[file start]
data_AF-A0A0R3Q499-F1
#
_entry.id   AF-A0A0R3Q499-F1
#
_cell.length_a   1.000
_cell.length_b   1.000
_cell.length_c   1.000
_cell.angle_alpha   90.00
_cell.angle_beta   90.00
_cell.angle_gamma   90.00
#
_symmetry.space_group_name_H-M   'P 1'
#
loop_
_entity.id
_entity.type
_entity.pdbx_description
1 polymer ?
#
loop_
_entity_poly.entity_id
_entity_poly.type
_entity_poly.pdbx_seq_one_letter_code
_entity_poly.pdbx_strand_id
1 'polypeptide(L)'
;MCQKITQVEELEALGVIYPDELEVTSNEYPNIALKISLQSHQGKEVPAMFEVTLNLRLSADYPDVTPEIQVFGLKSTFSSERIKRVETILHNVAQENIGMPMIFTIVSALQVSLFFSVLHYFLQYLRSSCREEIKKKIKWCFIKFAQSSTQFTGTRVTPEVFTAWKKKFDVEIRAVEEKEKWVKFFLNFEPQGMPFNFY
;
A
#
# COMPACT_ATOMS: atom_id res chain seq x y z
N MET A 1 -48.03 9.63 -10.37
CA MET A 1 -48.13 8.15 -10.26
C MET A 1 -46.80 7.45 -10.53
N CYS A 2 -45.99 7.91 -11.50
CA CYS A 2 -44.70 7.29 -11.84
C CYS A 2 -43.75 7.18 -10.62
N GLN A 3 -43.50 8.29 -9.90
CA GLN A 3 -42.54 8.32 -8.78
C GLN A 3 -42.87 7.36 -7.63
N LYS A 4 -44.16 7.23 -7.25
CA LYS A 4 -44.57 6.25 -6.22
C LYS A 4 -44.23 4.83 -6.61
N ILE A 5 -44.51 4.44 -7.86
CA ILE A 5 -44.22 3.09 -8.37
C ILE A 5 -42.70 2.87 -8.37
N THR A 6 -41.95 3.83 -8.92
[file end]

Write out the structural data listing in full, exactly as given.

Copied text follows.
data_AF-A0A0R3Q499-F1
#
_entry.id   AF-A0A0R3Q499-F1
#
_cell.length_a   1.000
_cell.length_b   1.000
_cell.length_c   1.000
_cell.angle_alpha   90.00
_cell.angle_beta   90.00
_cell.angle_gamma   90.00
#
_symmetry.space_group_name_H-M   'P 1'
#
loop_
_entity.id
_entity.type
_entity.pdbx_description
1 polymer ?
#
loop_
_entity_poly.entity_id
_entity_poly.type
_entity_poly.pdbx_seq_one_letter_code
_entity_poly.pdbx_strand_id
1 'polypeptide(L)'
;MCQKITQVEELEALGVIYPDELEVTSNEYPNIALKISLQSHQGKEVPAMFEVTLNLRLSADYPDVTPEIQVFGLKSTFSSERIKRVETILHNVAQENIGMPMIFTIVSALQVSLFFSVLHYFLQYLRSSCREEIKKKIKWCFIKFAQSSTQFTGTRVTPEVFTAWKKKFDVEIRAVEEKEKWVKFFLNFEPQGMPFNFY
;
A
#
# COMPACT_ATOMS: atom_id res chain seq x y z
N MET A 1 -48.03 9.63 -10.37
CA MET A 1 -48.13 8.15 -10.26
C MET A 1 -46.80 7.45 -10.53
N CYS A 2 -45.99 7.91 -11.50
CA CYS A 2 -44.70 7.29 -11.84
C CYS A 2 -43.75 7.18 -10.62
N GLN A 3 -43.50 8.29 -9.90
CA GLN A 3 -42.54 8.32 -8.78
C GLN A 3 -42.87 7.36 -7.63
N LYS A 4 -44.16 7.23 -7.25
CA LYS A 4 -44.57 6.25 -6.22
C LYS A 4 -44.23 4.83 -6.61
N ILE A 5 -44.51 4.44 -7.86
CA ILE A 5 -44.22 3.09 -8.37
C ILE A 5 -42.70 2.87 -8.37
N THR A 6 -41.95 3.83 -8.92